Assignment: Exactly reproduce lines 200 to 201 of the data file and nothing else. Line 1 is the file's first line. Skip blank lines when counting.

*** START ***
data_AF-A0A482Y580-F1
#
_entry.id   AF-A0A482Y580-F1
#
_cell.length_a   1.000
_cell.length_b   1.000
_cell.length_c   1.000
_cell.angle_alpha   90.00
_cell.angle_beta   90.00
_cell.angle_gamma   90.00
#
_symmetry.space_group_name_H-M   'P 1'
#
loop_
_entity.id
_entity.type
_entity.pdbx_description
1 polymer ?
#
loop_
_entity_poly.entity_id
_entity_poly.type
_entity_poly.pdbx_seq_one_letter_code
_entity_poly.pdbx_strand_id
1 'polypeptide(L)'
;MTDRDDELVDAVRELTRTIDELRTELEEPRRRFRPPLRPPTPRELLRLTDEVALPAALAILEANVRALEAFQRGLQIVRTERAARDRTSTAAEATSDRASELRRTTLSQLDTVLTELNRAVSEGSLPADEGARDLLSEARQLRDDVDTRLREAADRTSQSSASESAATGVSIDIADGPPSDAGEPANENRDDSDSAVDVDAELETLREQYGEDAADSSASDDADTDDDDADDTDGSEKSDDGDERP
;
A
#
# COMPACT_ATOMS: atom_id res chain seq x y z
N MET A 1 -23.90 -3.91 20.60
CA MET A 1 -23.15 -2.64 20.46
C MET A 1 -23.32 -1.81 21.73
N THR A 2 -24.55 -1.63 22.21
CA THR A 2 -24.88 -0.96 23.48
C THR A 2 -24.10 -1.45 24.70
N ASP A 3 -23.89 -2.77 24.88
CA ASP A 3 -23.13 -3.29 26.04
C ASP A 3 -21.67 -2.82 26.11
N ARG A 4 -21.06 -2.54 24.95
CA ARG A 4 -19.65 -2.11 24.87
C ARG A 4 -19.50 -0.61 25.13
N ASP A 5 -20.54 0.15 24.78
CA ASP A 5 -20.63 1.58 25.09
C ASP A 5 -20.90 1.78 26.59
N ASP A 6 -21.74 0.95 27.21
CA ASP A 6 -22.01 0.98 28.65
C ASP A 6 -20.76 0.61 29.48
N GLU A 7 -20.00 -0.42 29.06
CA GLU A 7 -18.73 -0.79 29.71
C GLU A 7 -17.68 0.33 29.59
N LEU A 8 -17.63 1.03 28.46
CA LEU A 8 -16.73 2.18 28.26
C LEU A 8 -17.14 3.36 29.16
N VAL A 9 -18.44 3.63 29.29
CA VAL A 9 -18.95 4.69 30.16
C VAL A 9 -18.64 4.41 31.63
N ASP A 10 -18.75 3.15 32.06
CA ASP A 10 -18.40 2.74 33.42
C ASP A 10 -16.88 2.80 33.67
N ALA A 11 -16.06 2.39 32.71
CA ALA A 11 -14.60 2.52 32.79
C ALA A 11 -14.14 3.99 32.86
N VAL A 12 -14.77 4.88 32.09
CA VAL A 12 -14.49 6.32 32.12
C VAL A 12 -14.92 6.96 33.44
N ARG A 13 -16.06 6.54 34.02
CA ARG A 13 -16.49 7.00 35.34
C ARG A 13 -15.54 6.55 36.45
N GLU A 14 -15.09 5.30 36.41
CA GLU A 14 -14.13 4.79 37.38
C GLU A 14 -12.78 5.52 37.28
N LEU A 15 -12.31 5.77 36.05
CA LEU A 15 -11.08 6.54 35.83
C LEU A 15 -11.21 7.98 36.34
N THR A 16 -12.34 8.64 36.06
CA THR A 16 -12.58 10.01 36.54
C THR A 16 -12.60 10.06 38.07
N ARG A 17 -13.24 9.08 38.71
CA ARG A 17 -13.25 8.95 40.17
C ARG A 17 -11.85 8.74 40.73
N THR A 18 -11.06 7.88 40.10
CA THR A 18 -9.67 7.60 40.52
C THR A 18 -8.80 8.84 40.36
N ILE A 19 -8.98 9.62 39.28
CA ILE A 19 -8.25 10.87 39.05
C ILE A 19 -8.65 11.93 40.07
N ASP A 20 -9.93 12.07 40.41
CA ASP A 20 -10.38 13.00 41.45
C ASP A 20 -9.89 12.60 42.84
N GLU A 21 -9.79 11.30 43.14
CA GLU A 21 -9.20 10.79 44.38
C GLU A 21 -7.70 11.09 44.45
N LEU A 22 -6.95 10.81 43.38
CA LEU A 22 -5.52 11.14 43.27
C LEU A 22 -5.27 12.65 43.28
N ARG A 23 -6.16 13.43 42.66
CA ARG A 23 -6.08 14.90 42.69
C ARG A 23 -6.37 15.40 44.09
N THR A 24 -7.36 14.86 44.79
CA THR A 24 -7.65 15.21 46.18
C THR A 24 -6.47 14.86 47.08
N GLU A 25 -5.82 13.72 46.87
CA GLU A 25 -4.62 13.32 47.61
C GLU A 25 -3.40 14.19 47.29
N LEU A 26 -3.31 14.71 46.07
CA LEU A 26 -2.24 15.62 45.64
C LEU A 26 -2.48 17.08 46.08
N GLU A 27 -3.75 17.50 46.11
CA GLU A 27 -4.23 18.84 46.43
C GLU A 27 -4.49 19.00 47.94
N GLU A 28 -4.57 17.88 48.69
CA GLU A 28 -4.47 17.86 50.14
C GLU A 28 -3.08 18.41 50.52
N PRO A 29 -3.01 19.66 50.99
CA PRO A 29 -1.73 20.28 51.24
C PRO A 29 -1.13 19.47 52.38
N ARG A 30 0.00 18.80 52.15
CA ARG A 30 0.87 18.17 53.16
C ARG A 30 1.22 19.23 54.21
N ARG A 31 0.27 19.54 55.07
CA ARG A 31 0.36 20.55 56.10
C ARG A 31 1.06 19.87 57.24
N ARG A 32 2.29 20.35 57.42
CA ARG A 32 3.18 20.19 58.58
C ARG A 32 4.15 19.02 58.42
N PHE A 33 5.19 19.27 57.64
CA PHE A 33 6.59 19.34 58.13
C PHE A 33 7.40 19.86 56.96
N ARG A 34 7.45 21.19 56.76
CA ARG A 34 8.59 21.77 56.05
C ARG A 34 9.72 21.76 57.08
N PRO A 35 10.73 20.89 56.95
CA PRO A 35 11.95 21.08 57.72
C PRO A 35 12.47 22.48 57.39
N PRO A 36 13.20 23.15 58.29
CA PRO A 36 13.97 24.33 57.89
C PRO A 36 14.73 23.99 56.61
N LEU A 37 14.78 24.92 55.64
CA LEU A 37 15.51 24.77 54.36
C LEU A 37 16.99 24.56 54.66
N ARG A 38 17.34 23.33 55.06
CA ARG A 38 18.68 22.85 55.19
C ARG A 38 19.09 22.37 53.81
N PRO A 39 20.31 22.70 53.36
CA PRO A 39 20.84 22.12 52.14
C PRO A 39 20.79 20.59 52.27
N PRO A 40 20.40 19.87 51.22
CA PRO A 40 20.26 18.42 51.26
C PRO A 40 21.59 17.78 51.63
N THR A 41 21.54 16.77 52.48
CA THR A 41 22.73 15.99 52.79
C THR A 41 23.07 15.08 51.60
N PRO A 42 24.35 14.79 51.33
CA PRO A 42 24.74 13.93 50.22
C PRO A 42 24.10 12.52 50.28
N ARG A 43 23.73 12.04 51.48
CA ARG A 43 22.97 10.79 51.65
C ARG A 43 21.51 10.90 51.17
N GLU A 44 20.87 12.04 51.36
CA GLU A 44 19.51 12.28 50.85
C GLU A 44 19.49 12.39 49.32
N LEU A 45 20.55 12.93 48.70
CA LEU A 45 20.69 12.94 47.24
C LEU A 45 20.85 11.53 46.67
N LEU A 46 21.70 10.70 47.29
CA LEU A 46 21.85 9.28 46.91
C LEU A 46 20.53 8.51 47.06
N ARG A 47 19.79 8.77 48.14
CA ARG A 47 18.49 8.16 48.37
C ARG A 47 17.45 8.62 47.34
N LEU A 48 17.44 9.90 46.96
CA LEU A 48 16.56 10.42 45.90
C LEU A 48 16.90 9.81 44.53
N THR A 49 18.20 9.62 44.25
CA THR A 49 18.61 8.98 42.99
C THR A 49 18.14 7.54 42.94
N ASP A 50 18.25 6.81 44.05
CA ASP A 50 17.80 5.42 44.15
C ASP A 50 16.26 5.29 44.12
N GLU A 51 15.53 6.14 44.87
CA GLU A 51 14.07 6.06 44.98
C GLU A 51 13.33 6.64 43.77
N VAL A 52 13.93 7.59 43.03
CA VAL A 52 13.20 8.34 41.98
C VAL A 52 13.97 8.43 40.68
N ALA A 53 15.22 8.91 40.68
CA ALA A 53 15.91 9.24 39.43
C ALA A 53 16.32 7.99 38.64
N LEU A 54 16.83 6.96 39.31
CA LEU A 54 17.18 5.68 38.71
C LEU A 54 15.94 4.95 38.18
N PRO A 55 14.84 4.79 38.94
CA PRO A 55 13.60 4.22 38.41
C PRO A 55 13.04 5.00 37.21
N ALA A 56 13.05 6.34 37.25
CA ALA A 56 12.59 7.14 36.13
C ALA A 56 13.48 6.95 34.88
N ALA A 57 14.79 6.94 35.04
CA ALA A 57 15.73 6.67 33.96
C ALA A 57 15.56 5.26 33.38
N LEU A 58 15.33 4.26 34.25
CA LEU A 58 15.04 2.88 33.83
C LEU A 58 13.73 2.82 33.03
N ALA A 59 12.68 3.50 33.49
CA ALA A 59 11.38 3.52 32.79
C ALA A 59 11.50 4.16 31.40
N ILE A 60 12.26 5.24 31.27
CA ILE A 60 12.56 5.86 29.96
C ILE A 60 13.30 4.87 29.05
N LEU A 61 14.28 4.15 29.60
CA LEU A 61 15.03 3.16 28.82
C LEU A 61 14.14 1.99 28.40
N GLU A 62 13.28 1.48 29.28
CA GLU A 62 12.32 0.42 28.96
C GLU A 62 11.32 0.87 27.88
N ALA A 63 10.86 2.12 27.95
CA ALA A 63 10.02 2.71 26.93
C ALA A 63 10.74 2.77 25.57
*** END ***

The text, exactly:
CA ALA A 57 15.73 6.67 33.96
C ALA A 57 15.56 5.26 33.38